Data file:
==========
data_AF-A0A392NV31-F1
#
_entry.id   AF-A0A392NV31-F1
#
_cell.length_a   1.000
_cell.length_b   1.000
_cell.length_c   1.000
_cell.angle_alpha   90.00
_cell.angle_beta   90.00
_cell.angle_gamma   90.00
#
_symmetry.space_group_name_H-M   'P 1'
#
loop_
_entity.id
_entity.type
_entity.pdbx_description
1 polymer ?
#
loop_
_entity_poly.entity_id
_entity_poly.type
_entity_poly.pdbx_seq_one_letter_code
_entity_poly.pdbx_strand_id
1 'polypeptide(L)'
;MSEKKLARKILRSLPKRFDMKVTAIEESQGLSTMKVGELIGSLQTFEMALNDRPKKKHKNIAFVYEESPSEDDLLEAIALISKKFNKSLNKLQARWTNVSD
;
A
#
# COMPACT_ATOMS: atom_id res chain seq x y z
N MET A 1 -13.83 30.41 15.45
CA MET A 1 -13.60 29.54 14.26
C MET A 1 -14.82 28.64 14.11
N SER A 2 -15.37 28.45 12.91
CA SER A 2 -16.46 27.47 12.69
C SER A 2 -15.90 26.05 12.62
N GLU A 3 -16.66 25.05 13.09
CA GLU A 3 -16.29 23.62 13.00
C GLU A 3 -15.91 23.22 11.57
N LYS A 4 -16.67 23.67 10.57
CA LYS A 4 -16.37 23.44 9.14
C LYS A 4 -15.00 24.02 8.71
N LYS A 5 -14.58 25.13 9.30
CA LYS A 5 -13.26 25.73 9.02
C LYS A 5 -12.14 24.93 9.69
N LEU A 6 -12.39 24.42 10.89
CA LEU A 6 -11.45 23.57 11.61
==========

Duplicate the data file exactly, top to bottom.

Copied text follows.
data_AF-A0A392NV31-F1
#
_entry.id   AF-A0A392NV31-F1
#
_cell.length_a   1.000
_cell.length_b   1.000
_cell.length_c   1.000
_cell.angle_alpha   90.00
_cell.angle_beta   90.00
_cell.angle_gamma   90.00
#
_symmetry.space_group_name_H-M   'P 1'
#
loop_
_entity.id
_entity.type
_entity.pdbx_description
1 polymer ?
#
loop_
_entity_poly.entity_id
_entity_poly.type
_entity_poly.pdbx_seq_one_letter_code
_entity_poly.pdbx_strand_id
1 'polypeptide(L)'
;MSEKKLARKILRSLPKRFDMKVTAIEESQGLSTMKVGELIGSLQTFEMALNDRPKKKHKNIAFVYEESPSEDDLLEAIALISKKFNKSLNKLQARWTNVSD
;
A
#
# COMPACT_ATOMS: atom_id res chain seq x y z
N MET A 1 -13.83 30.41 15.45
CA MET A 1 -13.60 29.54 14.26
C MET A 1 -14.82 28.64 14.11
N SER A 2 -15.37 28.45 12.91
CA SER A 2 -16.46 27.47 12.69
C SER A 2 -15.90 26.05 12.62
N GLU A 3 -16.66 25.05 13.09
CA GLU A 3 -16.29 23.62 13.00
C GLU A 3 -15.91 23.22 11.57
N LYS A 4 -16.67 23.67 10.57
CA LYS A 4 -16.37 23.44 9.14
C LYS A 4 -15.00 24.02 8.71
N LYS A 5 -14.58 25.13 9.30
CA LYS A 5 -13.26 25.73 9.02
C LYS A 5 -12.14 24.93 9.69
N LEU A 6 -12.39 24.42 10.89
CA LEU A 6 -11.45 23.57 11.61